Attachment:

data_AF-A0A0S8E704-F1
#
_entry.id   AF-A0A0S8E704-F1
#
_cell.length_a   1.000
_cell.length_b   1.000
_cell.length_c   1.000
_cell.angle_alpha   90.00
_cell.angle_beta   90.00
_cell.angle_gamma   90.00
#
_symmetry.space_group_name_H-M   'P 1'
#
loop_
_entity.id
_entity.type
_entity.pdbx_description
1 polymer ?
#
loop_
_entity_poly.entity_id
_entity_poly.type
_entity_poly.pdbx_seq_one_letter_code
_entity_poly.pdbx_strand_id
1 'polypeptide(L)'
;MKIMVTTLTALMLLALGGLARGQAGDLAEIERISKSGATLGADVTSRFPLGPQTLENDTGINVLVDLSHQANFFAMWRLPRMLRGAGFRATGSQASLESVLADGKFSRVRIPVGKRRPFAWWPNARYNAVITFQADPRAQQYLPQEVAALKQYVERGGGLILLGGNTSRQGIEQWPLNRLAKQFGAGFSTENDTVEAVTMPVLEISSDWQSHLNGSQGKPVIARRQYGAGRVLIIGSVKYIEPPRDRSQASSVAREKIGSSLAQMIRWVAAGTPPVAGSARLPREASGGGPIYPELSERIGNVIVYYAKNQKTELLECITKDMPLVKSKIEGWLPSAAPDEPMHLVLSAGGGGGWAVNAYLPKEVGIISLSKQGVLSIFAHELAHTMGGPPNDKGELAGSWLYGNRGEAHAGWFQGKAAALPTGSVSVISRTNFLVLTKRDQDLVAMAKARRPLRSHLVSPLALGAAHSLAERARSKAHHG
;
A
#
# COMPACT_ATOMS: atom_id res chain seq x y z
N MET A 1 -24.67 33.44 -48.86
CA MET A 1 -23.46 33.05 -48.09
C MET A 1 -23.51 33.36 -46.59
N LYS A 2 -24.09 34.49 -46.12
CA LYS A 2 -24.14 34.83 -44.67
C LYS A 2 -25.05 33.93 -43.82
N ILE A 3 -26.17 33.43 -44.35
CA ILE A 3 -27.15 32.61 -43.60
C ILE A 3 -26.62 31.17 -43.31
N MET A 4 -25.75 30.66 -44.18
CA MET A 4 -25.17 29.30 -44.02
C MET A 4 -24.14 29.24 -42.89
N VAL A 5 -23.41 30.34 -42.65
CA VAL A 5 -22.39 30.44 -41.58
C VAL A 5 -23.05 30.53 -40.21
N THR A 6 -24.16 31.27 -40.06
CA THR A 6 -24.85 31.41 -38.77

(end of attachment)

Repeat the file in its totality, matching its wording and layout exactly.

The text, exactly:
data_AF-A0A0S8E704-F1
#
_entry.id   AF-A0A0S8E704-F1
#
_cell.length_a   1.000
_cell.length_b   1.000
_cell.length_c   1.000
_cell.angle_alpha   90.00
_cell.angle_beta   90.00
_cell.angle_gamma   90.00
#
_symmetry.space_group_name_H-M   'P 1'
#
loop_
_entity.id
_entity.type
_entity.pdbx_description
1 polymer ?
#
loop_
_entity_poly.entity_id
_entity_poly.type
_entity_poly.pdbx_seq_one_letter_code
_entity_poly.pdbx_strand_id
1 'polypeptide(L)'
;MKIMVTTLTALMLLALGGLARGQAGDLAEIERISKSGATLGADVTSRFPLGPQTLENDTGINVLVDLSHQANFFAMWRLPRMLRGAGFRATGSQASLESVLADGKFSRVRIPVGKRRPFAWWPNARYNAVITFQADPRAQQYLPQEVAALKQYVERGGGLILLGGNTSRQGIEQWPLNRLAKQFGAGFSTENDTVEAVTMPVLEISSDWQSHLNGSQGKPVIARRQYGAGRVLIIGSVKYIEPPRDRSQASSVAREKIGSSLAQMIRWVAAGTPPVAGSARLPREASGGGPIYPELSERIGNVIVYYAKNQKTELLECITKDMPLVKSKIEGWLPSAAPDEPMHLVLSAGGGGGWAVNAYLPKEVGIISLSKQGVLSIFAHELAHTMGGPPNDKGELAGSWLYGNRGEAHAGWFQGKAAALPTGSVSVISRTNFLVLTKRDQDLVAMAKARRPLRSHLVSPLALGAAHSLAERARSKAHHG
;
A
#
# COMPACT_ATOMS: atom_id res chain seq x y z
N MET A 1 -24.67 33.44 -48.86
CA MET A 1 -23.46 33.05 -48.09
C MET A 1 -23.51 33.36 -46.59
N LYS A 2 -24.09 34.49 -46.12
CA LYS A 2 -24.14 34.83 -44.67
C LYS A 2 -25.05 33.93 -43.82
N ILE A 3 -26.17 33.43 -44.35
CA ILE A 3 -27.15 32.61 -43.60
C ILE A 3 -26.62 31.17 -43.31
N MET A 4 -25.75 30.66 -44.18
CA MET A 4 -25.17 29.30 -44.02
C MET A 4 -24.14 29.24 -42.89
N VAL A 5 -23.41 30.34 -42.65
CA VAL A 5 -22.39 30.44 -41.58
C VAL A 5 -23.05 30.53 -40.21
N THR A 6 -24.16 31.27 -40.06
CA THR A 6 -24.85 31.41 -38.77